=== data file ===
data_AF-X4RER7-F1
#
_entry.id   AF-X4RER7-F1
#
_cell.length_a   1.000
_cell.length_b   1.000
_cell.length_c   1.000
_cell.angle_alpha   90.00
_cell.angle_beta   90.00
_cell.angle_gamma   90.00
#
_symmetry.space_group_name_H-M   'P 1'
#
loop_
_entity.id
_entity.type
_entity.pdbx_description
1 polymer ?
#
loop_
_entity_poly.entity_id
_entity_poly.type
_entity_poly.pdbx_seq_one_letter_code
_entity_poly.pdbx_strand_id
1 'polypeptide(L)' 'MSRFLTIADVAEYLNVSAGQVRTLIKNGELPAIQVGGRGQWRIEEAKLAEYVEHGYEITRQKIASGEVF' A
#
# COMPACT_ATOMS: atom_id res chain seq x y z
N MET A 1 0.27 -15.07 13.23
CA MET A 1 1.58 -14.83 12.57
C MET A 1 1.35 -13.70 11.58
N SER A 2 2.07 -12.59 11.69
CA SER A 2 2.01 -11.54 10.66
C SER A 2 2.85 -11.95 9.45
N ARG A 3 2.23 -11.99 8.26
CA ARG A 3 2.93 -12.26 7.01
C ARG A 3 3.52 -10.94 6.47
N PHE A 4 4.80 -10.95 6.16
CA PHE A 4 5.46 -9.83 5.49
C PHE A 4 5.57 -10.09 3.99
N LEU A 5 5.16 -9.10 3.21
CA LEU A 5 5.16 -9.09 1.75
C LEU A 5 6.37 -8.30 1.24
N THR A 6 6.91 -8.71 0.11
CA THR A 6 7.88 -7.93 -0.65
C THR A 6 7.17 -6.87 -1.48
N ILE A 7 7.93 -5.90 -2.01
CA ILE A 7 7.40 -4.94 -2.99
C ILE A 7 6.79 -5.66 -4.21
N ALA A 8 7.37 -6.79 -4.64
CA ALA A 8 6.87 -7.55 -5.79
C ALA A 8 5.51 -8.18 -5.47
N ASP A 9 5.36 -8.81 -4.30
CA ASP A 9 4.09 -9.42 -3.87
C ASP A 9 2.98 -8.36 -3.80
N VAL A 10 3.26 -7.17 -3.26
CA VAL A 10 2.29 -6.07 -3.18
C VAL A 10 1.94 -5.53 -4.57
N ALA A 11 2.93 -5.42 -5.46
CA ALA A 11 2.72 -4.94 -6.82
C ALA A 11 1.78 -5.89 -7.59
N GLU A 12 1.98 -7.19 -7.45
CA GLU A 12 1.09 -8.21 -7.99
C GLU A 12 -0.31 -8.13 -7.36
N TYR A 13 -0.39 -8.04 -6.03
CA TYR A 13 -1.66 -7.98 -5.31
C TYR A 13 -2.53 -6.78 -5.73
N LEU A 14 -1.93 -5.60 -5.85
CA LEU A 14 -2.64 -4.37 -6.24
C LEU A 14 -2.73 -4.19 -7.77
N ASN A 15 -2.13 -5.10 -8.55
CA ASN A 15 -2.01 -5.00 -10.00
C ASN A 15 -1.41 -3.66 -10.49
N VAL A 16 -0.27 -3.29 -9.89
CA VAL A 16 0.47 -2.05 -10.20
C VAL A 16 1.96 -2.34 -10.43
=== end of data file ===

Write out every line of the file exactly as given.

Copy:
data_AF-X4RER7-F1
#
_entry.id   AF-X4RER7-F1
#
_cell.length_a   1.000
_cell.length_b   1.000
_cell.length_c   1.000
_cell.angle_alpha   90.00
_cell.angle_beta   90.00
_cell.angle_gamma   90.00
#
_symmetry.space_group_name_H-M   'P 1'
#
loop_
_entity.id
_entity.type
_entity.pdbx_description
1 polymer ?
#
loop_
_entity_poly.entity_id
_entity_poly.type
_entity_poly.pdbx_seq_one_letter_code
_entity_poly.pdbx_strand_id
1 'polypeptide(L)' 'MSRFLTIADVAEYLNVSAGQVRTLIKNGELPAIQVGGRGQWRIEEAKLAEYVEHGYEITRQKIASGEVF' A
#
# COMPACT_ATOMS: atom_id res chain seq x y z
N MET A 1 0.27 -15.07 13.23
CA MET A 1 1.58 -14.83 12.57
C MET A 1 1.35 -13.70 11.58
N SER A 2 2.07 -12.59 11.69
CA SER A 2 2.01 -11.54 10.66
C SER A 2 2.85 -11.95 9.45
N ARG A 3 2.23 -11.99 8.26
CA ARG A 3 2.93 -12.26 7.01
C ARG A 3 3.52 -10.94 6.47
N PHE A 4 4.80 -10.95 6.16
CA PHE A 4 5.46 -9.83 5.49
C PHE A 4 5.57 -10.09 3.99
N LEU A 5 5.16 -9.10 3.21
CA LEU A 5 5.16 -9.09 1.75
C LEU A 5 6.37 -8.30 1.24
N THR A 6 6.91 -8.71 0.11
CA THR A 6 7.88 -7.93 -0.65
C THR A 6 7.17 -6.87 -1.48
N ILE A 7 7.93 -5.90 -2.01
CA ILE A 7 7.40 -4.94 -2.99
C ILE A 7 6.79 -5.66 -4.21
N ALA A 8 7.37 -6.79 -4.64
CA ALA A 8 6.87 -7.55 -5.79
C ALA A 8 5.51 -8.18 -5.47
N ASP A 9 5.36 -8.81 -4.30
CA ASP A 9 4.09 -9.42 -3.87
C ASP A 9 2.98 -8.36 -3.80
N VAL A 10 3.26 -7.17 -3.26
CA VAL A 10 2.29 -6.07 -3.18
C VAL A 10 1.94 -5.53 -4.57
N ALA A 11 2.93 -5.42 -5.46
CA ALA A 11 2.72 -4.94 -6.82
C ALA A 11 1.78 -5.89 -7.59
N GLU A 12 1.98 -7.19 -7.45
CA GLU A 12 1.09 -8.21 -7.99
C GLU A 12 -0.31 -8.13 -7.36
N TYR A 13 -0.39 -8.04 -6.03
CA TYR A 13 -1.66 -7.98 -5.31
C TYR A 13 -2.53 -6.78 -5.73
N LEU A 14 -1.93 -5.60 -5.85
CA LEU A 14 -2.64 -4.37 -6.24
C LEU A 14 -2.73 -4.19 -7.77
N ASN A 15 -2.13 -5.10 -8.55
CA ASN A 15 -2.01 -5.00 -10.00
C ASN A 15 -1.41 -3.66 -10.49
N VAL A 16 -0.27 -3.29 -9.89
CA VAL A 16 0.47 -2.05 -10.20
C VAL A 16 1.96 -2.34 -10.43